Have you come across the French word, flâneur? According to the book The Art of Flaneuring by Erika Owen, it is used to describe well-to-do French men who would stroll city streets in the 19th century. But it has evolved to generally mean someone who wanders with intention. As with most things in life, the flâneur was long been seen as a man’s role. If you want to read about people exploring cities, it had to almost always men writing about it. But in the past couple of decades, women have been breaking that stereotype. So it is time we recognised the 'flâneuse'. Women travelling, alone. Their stories are always different from the solo male traversing the world, which is why women travel writers have a very distinct narrative.
These 5 books by women writers will open up whole new worlds, and change the way you travel and explore different spaces. You will find most of these at independent boosktores such as Rachna Books in Gangtok, Champaca in Bengaluru, and more. And they all deliver across India. Take a look at our list of indie bookstores here.
A Field Guide To Getting Lost by Rebecca Solnit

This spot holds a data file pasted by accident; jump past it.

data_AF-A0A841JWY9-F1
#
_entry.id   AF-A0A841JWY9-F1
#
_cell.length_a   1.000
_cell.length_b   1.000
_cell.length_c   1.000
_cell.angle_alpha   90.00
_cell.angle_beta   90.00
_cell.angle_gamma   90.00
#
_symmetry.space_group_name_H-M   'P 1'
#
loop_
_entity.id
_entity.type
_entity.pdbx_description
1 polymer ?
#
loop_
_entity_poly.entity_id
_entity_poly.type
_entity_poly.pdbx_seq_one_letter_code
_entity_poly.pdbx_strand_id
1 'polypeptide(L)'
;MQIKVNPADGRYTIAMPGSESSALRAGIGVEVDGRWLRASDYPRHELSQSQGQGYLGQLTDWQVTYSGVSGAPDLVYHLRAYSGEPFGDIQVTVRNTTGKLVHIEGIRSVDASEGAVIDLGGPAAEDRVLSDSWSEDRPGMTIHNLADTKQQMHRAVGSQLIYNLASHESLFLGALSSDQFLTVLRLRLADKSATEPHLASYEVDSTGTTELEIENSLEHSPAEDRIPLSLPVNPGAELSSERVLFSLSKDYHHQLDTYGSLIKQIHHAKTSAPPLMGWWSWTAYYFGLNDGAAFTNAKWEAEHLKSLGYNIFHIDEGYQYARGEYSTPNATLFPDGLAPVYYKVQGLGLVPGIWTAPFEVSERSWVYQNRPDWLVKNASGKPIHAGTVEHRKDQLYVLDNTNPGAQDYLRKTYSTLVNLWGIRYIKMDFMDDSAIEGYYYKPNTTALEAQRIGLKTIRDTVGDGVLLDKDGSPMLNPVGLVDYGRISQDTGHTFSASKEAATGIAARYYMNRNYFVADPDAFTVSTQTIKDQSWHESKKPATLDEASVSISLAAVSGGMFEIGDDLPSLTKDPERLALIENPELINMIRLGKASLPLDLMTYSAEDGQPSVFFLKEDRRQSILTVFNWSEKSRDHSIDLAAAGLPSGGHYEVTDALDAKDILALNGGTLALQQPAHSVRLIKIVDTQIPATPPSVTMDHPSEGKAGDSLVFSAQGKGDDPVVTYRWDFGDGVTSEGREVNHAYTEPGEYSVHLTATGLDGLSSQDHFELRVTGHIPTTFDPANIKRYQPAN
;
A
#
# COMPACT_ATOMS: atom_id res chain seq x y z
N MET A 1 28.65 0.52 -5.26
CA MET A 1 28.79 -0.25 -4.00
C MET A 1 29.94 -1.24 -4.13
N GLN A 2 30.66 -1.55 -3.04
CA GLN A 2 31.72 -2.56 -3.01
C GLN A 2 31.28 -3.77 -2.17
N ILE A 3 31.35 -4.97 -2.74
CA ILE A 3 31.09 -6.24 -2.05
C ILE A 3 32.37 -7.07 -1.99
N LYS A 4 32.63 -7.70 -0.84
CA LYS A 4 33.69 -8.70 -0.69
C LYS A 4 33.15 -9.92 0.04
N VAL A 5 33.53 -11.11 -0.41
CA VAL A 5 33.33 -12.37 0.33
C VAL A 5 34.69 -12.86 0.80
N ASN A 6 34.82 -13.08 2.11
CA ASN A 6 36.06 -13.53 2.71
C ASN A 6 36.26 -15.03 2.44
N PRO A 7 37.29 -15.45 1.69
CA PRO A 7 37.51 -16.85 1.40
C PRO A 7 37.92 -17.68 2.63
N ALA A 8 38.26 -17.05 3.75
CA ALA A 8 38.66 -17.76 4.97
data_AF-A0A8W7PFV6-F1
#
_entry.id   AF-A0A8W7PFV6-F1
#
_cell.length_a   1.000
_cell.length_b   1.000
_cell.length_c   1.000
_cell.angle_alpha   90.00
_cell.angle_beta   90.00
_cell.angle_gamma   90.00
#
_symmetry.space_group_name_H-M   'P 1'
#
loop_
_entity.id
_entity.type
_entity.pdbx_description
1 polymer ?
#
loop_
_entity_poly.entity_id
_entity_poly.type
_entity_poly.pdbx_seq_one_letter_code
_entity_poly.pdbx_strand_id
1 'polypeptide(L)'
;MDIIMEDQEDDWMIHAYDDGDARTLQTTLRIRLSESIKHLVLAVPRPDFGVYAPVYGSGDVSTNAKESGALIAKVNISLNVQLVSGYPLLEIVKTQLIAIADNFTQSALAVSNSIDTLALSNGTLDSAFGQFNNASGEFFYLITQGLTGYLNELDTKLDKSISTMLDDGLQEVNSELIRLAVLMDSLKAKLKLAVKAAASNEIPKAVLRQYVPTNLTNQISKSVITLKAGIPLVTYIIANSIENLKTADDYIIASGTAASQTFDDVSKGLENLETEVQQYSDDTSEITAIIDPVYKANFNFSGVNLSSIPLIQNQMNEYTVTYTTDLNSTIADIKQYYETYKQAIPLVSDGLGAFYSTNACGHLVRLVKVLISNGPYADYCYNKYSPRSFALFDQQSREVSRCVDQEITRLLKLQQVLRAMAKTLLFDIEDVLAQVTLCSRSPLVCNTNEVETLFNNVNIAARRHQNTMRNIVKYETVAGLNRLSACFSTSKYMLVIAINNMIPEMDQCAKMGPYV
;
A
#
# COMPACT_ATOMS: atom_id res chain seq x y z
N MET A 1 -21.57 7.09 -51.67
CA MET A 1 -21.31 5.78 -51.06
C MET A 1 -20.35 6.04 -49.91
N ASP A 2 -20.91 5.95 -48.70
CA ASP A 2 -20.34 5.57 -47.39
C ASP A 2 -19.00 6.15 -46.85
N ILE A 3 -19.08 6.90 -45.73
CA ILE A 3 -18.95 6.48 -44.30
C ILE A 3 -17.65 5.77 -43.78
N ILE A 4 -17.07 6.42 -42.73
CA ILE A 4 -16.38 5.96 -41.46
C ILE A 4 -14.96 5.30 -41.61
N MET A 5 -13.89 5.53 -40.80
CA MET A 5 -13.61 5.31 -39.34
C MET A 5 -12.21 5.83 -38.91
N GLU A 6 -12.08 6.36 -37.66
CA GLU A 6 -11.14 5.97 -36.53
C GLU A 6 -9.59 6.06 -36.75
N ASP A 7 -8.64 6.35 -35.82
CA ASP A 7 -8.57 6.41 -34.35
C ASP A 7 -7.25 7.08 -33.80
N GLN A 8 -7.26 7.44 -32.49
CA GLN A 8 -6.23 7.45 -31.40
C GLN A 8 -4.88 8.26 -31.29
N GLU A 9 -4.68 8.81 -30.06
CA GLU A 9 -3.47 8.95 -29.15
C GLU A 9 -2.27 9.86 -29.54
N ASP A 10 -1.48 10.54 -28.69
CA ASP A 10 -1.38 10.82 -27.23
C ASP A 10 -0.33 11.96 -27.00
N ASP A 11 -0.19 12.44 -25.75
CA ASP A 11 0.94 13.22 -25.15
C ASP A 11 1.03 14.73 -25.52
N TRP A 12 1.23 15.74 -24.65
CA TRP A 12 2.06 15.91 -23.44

You can think of this as a guide to how we should travel, and view the world. An activist, historian, feminist, and writer-philosopher, Solnit explores tales of travels and stories we use to navigate our way through the world, and the places we traverse, from wilderness to cities, in finding ourselves, or losing ourselves. She muses upon the concept of “getting lost”, embarking on a journey with no fixed destination, wandering through places open to stumbling on discoveries, that are never put down in guidebooks. She meanders through subjects, linking them all in an unifying thread. It is like a reflection on the interconnectedness of things. And the perfect book to read before, during, or after an immersive journey. We suggest that you add to this another book by her, Wanderlust, as a companion. In it, she traces the relationship between walking and culture and politics. She explore the walks that many poets, philosophers, revolutionaries, undertook. And she looks at women fighting for the right to wander as men do, without attracting attention or scandal. If walking supplies “the unpredictable incidents . . . that add up to a life,” Solnit writes, anyone dissuaded from it is denied a “vast portion of their humanity.”